Decided: February 26, 1979.
DOROTHY MORREALE, APPELLANT,
STATE OF NEW JERSEY, CIVIL SERVICE COMMISSION, RESPONDENT
On appeal from Civil Service Commission.
Conford and King.
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Appellant appeals a determination of the Civil Service Commission denying her sick leave disability benefits for the period February 7 through August 21, 1977.
Appellant is a typist employed by the State Department of Education in Trenton. On February 7, 1977, as a result of a bomb scare, the State Police directed that the building be vacated between 11:30 A.M. and 12:30 P.M. The employees were thus given an early lunch hour. While walking in downtown Trenton during that period appellant fell after tripping on a raised sidewalk cellar door. The consequent injuries kept her out of work until August 21, 1977.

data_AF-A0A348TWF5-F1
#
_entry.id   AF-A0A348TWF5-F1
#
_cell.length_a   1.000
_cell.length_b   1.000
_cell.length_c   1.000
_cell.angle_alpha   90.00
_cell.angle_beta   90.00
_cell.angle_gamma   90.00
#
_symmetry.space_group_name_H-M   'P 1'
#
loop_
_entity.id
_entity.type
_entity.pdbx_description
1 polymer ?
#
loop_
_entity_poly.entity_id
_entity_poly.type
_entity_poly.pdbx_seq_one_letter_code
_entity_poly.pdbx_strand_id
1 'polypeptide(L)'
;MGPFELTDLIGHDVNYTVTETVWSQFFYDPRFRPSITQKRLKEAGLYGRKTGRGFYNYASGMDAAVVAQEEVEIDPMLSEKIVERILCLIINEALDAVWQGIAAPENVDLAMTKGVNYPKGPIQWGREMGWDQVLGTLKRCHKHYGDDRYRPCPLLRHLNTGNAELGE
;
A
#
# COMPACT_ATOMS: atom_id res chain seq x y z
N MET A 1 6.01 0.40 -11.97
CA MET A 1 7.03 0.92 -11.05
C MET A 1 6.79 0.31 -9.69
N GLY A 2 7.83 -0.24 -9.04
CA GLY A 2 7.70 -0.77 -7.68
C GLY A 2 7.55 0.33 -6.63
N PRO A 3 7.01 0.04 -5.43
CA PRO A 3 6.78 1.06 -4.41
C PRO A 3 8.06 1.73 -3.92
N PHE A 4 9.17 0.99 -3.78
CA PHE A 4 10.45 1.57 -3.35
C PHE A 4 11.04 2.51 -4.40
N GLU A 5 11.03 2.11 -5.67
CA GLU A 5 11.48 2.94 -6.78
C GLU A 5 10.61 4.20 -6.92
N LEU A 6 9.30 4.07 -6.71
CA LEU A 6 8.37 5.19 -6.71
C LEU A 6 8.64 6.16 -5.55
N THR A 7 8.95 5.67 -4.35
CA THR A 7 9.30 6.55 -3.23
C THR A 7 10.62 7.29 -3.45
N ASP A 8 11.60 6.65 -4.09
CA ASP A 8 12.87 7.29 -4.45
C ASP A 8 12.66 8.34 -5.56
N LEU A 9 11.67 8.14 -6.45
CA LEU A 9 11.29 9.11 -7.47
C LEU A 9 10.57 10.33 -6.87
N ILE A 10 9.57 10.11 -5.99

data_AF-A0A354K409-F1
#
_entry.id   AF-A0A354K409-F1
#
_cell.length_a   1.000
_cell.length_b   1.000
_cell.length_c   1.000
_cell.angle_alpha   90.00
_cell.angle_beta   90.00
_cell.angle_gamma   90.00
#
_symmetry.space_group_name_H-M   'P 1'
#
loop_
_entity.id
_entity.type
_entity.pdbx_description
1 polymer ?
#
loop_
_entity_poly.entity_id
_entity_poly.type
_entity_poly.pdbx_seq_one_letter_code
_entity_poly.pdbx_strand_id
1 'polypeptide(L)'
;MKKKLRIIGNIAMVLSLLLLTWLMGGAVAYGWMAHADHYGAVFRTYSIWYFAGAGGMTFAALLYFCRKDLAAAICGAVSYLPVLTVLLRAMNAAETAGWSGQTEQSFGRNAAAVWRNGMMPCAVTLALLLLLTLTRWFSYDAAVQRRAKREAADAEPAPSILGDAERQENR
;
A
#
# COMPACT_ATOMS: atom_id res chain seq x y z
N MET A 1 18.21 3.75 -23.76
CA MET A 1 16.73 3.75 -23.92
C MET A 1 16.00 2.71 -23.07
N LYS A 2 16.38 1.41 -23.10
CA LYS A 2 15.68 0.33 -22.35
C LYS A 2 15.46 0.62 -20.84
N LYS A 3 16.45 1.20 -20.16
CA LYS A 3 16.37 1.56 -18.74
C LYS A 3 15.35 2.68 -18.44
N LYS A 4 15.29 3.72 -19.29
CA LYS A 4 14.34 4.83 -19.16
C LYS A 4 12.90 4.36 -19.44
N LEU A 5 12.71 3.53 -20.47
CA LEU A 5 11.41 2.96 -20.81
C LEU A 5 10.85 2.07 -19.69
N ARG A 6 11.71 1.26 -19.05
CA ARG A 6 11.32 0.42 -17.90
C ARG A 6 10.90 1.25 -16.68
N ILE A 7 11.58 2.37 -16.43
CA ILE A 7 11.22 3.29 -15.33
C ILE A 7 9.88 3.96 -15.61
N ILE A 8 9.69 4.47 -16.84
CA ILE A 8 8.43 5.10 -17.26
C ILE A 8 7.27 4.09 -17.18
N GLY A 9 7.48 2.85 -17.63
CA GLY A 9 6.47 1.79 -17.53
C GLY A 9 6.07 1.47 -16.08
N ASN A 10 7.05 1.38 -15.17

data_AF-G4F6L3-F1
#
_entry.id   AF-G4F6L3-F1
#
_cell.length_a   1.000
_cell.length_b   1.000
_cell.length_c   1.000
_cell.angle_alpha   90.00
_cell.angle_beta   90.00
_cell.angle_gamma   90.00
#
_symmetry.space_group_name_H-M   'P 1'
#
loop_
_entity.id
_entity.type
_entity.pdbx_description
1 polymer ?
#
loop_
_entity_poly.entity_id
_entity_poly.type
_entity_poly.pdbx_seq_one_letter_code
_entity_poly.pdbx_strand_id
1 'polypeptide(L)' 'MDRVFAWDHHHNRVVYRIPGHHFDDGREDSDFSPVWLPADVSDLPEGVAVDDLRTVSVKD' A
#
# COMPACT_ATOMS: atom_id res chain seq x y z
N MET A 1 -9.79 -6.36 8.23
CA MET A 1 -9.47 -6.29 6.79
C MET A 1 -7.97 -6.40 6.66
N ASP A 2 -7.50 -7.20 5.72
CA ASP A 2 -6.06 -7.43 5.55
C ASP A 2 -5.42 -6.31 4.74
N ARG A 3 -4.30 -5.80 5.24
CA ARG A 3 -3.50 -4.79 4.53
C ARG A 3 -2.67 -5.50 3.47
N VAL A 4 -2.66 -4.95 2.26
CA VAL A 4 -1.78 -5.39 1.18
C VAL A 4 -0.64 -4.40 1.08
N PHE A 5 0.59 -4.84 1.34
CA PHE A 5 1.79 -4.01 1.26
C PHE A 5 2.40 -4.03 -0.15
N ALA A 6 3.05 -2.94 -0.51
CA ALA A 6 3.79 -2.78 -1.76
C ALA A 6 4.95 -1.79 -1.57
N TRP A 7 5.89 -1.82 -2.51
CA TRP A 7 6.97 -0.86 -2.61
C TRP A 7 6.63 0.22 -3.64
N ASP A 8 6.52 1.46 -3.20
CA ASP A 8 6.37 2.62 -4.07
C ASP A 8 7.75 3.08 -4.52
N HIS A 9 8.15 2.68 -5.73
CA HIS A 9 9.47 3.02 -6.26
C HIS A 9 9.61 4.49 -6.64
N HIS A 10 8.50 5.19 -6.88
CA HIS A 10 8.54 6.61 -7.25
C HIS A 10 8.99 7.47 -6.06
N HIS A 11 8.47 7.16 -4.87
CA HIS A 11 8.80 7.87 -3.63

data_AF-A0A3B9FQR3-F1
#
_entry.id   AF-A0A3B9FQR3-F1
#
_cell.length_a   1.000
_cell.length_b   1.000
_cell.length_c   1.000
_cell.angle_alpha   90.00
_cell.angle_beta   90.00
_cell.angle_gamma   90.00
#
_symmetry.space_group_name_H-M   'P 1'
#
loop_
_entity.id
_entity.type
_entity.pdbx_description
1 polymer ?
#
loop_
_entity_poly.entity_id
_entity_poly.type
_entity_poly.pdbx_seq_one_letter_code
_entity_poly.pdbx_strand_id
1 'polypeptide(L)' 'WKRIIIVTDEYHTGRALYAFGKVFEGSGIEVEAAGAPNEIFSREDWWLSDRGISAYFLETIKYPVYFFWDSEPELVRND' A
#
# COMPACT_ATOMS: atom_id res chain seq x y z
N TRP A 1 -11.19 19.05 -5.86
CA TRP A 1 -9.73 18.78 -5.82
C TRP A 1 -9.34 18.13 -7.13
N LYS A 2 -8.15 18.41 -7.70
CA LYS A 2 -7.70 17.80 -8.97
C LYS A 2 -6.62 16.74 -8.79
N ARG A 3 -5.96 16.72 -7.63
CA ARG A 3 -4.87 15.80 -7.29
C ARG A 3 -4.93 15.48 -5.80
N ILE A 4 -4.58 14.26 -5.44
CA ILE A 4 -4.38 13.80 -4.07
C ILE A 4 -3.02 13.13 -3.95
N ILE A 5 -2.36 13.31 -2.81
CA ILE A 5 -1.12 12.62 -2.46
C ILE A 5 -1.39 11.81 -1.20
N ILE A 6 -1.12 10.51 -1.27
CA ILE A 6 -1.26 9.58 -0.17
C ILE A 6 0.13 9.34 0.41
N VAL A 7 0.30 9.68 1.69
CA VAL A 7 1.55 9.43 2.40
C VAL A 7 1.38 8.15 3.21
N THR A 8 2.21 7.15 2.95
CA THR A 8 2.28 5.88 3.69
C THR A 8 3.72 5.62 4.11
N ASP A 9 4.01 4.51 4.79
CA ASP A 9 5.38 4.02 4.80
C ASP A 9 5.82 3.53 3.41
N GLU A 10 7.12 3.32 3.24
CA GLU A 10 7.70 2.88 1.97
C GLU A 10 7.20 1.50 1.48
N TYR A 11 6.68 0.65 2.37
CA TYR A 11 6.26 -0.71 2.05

Appellant received a workers' compensation award of $4,400 for 40 weeks of permanent disability and $92 a week for 40 weeks of temporary disability. She then requested sick leave disability benefits pursuant to N.J.A.C. 4:1-17.9. That request was denied, and when appellant appealed to the Civil Service Commission that body concluded that since the accident occurred during lunch hour, when appellant was neither engaged on state business nor physically on the
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premises of her appointing authority, no injury compensable under the disability leave regulations had occurred.
The pertinent regulation provides as follows: